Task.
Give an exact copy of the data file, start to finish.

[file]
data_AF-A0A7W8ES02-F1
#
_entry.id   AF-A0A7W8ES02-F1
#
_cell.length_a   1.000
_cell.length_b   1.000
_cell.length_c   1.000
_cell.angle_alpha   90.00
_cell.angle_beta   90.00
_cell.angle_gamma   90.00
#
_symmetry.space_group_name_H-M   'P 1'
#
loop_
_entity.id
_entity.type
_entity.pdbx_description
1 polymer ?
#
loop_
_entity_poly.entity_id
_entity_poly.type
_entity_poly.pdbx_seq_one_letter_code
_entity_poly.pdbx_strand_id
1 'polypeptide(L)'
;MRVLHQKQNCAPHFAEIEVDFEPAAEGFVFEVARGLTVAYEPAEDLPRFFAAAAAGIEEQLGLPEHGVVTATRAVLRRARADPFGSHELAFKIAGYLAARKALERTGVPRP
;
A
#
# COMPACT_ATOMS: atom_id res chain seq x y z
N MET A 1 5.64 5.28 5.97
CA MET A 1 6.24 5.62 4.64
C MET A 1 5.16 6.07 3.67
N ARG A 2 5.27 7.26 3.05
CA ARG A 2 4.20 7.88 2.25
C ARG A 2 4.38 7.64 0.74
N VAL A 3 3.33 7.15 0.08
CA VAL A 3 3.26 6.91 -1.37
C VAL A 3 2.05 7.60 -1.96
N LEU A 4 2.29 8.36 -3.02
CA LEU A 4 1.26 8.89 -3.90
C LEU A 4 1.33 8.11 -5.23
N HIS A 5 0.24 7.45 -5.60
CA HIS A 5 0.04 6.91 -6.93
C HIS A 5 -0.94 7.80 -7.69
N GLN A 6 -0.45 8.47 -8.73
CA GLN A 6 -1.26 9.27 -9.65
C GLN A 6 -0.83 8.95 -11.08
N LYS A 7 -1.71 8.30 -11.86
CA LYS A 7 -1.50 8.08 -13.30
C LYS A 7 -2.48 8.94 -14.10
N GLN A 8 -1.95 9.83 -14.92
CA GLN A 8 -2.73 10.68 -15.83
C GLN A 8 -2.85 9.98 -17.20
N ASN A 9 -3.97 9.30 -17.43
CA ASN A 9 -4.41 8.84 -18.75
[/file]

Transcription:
data_AF-A0A7W8ES02-F1
#
_entry.id   AF-A0A7W8ES02-F1
#
_cell.length_a   1.000
_cell.length_b   1.000
_cell.length_c   1.000
_cell.angle_alpha   90.00
_cell.angle_beta   90.00
_cell.angle_gamma   90.00
#
_symmetry.space_group_name_H-M   'P 1'
#
loop_
_entity.id
_entity.type
_entity.pdbx_description
1 polymer ?
#
loop_
_entity_poly.entity_id
_entity_poly.type
_entity_poly.pdbx_seq_one_letter_code
_entity_poly.pdbx_strand_id
1 'polypeptide(L)'
;MRVLHQKQNCAPHFAEIEVDFEPAAEGFVFEVARGLTVAYEPAEDLPRFFAAAAAGIEEQLGLPEHGVVTATRAVLRRARADPFGSHELAFKIAGYLAARKALERTGVPRP
;
A
#
# COMPACT_ATOMS: atom_id res chain seq x y z
N MET A 1 5.64 5.28 5.97
CA MET A 1 6.24 5.62 4.64
C MET A 1 5.16 6.07 3.67
N ARG A 2 5.27 7.26 3.05
CA ARG A 2 4.20 7.88 2.25
C ARG A 2 4.38 7.64 0.74
N VAL A 3 3.33 7.15 0.08
CA VAL A 3 3.26 6.91 -1.37
C VAL A 3 2.05 7.60 -1.96
N LEU A 4 2.29 8.36 -3.02
CA LEU A 4 1.26 8.89 -3.90
C LEU A 4 1.33 8.11 -5.23
N HIS A 5 0.24 7.45 -5.60
CA HIS A 5 0.04 6.91 -6.93
C HIS A 5 -0.94 7.80 -7.69
N GLN A 6 -0.45 8.47 -8.73
CA GLN A 6 -1.26 9.27 -9.65
C GLN A 6 -0.83 8.95 -11.08
N LYS A 7 -1.71 8.30 -11.86
CA LYS A 7 -1.50 8.08 -13.30
C LYS A 7 -2.48 8.94 -14.10
N GLN A 8 -1.95 9.83 -14.92
CA GLN A 8 -2.73 10.68 -15.83
C GLN A 8 -2.85 9.98 -17.20
N ASN A 9 -3.97 9.30 -17.43
CA ASN A 9 -4.41 8.84 -18.75